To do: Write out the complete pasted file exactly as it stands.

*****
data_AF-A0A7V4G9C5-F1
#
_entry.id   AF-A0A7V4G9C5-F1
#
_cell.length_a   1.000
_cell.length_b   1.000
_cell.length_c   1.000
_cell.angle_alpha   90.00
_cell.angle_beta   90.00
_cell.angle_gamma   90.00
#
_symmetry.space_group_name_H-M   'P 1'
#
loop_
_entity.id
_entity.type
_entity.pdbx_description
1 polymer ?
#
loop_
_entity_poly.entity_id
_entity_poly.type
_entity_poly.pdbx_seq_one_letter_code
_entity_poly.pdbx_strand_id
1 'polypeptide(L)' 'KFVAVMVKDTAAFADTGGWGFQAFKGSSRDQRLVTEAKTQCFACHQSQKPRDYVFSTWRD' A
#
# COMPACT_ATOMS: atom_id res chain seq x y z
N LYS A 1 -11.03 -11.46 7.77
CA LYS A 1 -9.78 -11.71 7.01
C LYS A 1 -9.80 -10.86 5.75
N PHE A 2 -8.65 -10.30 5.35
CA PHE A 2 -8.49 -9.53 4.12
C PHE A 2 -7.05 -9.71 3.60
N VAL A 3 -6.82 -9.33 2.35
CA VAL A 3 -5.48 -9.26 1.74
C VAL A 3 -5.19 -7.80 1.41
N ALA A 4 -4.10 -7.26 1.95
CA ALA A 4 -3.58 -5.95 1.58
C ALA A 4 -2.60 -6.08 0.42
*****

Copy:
data_AF-A0A7V4G9C5-F1
#
_entry.id   AF-A0A7V4G9C5-F1
#
_cell.length_a   1.000
_cell.length_b   1.000
_cell.length_c   1.000
_cell.angle_alpha   90.00
_cell.angle_beta   90.00
_cell.angle_gamma   90.00
#
_symmetry.space_group_name_H-M   'P 1'
#
loop_
_entity.id
_entity.type
_entity.pdbx_description
1 polymer ?
#
loop_
_entity_poly.entity_id
_entity_poly.type
_entity_poly.pdbx_seq_one_letter_code
_entity_poly.pdbx_strand_id
1 'polypeptide(L)' 'KFVAVMVKDTAAFADTGGWGFQAFKGSSRDQRLVTEAKTQCFACHQSQKPRDYVFSTWRD' A
#
# COMPACT_ATOMS: atom_id res chain seq x y z
N LYS A 1 -11.03 -11.46 7.77
CA LYS A 1 -9.78 -11.71 7.01
C LYS A 1 -9.80 -10.86 5.75
N PHE A 2 -8.65 -10.30 5.35
CA PHE A 2 -8.49 -9.53 4.12
C PHE A 2 -7.05 -9.71 3.60
N VAL A 3 -6.82 -9.33 2.35
CA VAL A 3 -5.48 -9.26 1.74
C VAL A 3 -5.19 -7.80 1.41
N ALA A 4 -4.10 -7.26 1.95
CA ALA A 4 -3.58 -5.95 1.58
C ALA A 4 -2.60 -6.08 0.42